Harmful Algae 06/2015; 46:49-61. DOI:10.1016/j.hal.2015.05.004 · 3.34 Impact Factor
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    ABSTRACT: The aim of this study was to evaluate the validity and reliability of the Korean version of the Person-centered Care Assessment Tool (P-CAT). The English P-CAT was translated into Korean with forward and backward translation. Survey data were collected from 458 staff in 17 long-term care facilities in Korea. Construct validity and criterion related validity were evaluated. Cronbach's alpha was used to assess reliability. The Korean version of P-CAT was shown to be valid homogeneously by factor, item and content analysis. Internal consistency reliability was satisfactory in which the values of factor 1, factor 2 and the total scale were .84, .77 and .86 respectively. Exploratory factor analysis supported the construct validity with a two-factor solution. Factor loadings of the 13 items ranged in .34~.80. Criterion validity to the Person-centered Climate Questionnaire-staff (PCQ-S) was .74 (p<.001). The Korean version of the P-CAT was found to be an applicable instrument with satisfactory reliability and validity for further use in measuring successful person-centered care in long-term care facilities for older persons.
    Journal of Korean Academy of Nursing 06/2015; 45(3):412-9. DOI:10.4040/jkan.2015.45.3.412 · 0.36 Impact Factor
  • Jin Ik Lim · Ji Hye Kim
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    ABSTRACT: Despite cyanoacrylate's numerous advantages such as good cosmetic results and fast application for first aid, drawbacks such as brittleness and local tissue toxicity have limited their applicability. In this study, to improve both the biocompatibility and mechanical properties of cyanoacrylate, allyl 2-cyanoacrylate (AC) was pre-polymerized and mixed with poly(l-lactide-co-ɛ-caprolactone) (PLCL, 50:50) as biodegradable elastomer. For various properties of pre-polymerized AC (PAC)/PLCL mixtures, bond strength, elasticity of flexure test as bending recovery, cell viability, and in vivo test using rat were conducted and enhanced mechanical properties and biocompatibility were confirmed. Especially, optimal condition for pre-polymerization of AC was determined to 150°C for 40min through cytotoxicity test. Bond strength of PAC/PLCL mixture was decreased (over 10 times) with increasing of PLCL. On the other hand, biocompatibility and flexibility were improved than commercial bio-glue. Optimal PAC/PLCL composition (4g/20mg) was determined through these tests. Furthermore, harmful side effects and infection were not observed by in vivo wound healing test. These results indicate that PAC/PLCL materials can be used widely as advanced bio-glues in various fields. Copyright © 2015. Published by Elsevier B.V.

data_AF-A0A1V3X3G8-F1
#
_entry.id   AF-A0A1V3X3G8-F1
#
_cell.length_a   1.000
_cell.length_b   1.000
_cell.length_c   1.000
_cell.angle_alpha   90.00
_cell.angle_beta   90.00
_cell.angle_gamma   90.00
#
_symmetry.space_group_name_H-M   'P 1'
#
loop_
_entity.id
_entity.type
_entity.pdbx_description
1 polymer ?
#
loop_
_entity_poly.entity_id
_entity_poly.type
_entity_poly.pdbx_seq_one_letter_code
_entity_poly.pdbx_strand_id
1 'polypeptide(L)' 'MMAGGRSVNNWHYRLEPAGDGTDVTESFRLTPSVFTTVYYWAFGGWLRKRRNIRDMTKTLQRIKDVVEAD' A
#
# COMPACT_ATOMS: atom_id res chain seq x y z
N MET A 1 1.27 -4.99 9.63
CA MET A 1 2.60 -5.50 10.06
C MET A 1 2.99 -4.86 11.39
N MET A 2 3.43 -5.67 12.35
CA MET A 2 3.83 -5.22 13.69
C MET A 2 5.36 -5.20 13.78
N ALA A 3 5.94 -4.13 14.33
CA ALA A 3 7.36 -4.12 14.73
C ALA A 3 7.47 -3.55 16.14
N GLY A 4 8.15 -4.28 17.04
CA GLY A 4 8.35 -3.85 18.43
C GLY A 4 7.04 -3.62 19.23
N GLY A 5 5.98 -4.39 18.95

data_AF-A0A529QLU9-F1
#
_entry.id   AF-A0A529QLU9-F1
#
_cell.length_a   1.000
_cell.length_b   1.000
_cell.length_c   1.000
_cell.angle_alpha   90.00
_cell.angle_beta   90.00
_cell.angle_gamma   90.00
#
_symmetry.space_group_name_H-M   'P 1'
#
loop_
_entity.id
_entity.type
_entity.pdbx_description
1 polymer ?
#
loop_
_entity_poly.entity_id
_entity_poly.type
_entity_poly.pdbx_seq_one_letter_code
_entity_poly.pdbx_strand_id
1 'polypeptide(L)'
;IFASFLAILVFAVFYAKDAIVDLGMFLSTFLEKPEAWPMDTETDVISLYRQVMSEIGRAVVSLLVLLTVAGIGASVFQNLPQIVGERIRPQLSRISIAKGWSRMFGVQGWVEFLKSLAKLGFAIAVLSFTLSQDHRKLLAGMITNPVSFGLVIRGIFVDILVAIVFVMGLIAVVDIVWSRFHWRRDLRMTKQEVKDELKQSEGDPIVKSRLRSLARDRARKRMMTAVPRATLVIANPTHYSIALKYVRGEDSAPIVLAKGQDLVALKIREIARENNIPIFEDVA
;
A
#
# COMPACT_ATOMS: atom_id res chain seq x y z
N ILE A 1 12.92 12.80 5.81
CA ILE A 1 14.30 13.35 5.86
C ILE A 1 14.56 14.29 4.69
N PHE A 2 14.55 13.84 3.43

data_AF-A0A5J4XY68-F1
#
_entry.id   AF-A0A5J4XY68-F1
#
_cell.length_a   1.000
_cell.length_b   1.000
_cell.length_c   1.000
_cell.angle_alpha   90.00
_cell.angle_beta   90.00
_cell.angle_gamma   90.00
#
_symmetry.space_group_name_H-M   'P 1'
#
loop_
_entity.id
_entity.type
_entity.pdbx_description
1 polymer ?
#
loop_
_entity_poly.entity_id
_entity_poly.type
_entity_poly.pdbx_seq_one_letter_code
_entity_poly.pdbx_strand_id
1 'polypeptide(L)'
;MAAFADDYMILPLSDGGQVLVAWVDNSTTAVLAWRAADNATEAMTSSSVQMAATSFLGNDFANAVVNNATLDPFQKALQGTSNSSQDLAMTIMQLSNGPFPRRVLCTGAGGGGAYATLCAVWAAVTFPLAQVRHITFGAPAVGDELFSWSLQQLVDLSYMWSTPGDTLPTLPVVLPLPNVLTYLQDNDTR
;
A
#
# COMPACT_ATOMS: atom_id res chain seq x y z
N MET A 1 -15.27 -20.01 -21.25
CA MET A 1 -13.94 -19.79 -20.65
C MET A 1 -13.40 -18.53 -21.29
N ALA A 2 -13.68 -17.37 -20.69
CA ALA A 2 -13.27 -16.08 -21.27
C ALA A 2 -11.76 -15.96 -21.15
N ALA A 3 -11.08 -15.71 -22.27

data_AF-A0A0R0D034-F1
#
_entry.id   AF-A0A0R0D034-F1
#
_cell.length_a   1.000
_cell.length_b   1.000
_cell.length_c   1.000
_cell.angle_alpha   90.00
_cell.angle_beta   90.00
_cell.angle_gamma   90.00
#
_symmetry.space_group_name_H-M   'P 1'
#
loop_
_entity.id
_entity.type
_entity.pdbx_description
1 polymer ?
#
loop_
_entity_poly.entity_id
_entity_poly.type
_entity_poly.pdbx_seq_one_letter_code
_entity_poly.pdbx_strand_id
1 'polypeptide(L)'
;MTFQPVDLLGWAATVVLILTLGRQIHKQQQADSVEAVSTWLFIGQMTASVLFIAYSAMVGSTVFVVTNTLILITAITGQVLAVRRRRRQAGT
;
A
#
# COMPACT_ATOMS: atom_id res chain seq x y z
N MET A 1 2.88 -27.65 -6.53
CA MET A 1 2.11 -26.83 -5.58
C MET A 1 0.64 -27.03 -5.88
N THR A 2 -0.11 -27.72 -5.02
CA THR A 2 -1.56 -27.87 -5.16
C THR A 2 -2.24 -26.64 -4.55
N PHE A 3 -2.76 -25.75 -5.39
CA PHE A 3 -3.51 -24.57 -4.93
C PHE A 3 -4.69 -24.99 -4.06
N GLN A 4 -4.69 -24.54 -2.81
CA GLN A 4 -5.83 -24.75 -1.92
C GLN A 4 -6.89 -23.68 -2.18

Colloids and surfaces B: Biointerfaces 05/2015; 133. DOI:10.1016/j.colsurfb.2015.05.004 · 4.15 Impact Factor
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    ABSTRACT: Kaempferol (KF) is the most abundant polyphenol in tea, fruits, vegetables, and beans. However, little is known about its in vivo anti-inflammatory efficacy and mechanisms of action. To study these, several acute mouse inflammatory and nociceptive models, including gastritis, pancreatitis, and abdominal pain, were employed. KF was shown to attenuate the expansion of inflammatory lesions seen in EtOH/HCl- and aspirin-induced gastritis, LPS/caerulein (CA)-triggered pancreatitis, and acetic acid-induced writhing This article is protected by copyright. All rights reserved. This article is protected by copyright. All rights reserved.
    Molecular Nutrition & Food Research 04/2015; 59(7). DOI:10.1002/mnfr.201400820 · 4.91 Impact Factor